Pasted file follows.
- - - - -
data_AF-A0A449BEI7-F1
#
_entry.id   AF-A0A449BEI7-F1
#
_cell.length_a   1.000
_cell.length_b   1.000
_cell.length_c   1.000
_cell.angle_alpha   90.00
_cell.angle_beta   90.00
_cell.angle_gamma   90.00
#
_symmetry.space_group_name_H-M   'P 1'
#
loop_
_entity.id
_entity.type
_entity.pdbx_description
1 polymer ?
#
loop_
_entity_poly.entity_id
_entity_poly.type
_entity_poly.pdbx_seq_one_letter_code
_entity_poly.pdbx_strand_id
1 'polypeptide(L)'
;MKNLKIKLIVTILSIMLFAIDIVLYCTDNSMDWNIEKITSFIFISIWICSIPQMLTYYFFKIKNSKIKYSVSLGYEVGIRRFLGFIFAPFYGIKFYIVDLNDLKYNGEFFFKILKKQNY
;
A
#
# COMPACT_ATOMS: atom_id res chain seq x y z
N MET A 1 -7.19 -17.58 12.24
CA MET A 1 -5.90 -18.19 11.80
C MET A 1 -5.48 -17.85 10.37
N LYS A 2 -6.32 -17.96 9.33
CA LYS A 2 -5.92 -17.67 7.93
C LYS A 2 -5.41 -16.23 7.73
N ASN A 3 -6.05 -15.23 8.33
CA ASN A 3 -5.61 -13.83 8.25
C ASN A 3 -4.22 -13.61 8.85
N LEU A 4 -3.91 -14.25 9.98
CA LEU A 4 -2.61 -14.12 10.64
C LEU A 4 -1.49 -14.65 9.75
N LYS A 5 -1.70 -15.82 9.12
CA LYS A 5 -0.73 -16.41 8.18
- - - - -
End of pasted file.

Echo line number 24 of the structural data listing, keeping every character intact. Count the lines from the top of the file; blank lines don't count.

_entity_poly.pdbx_strand_id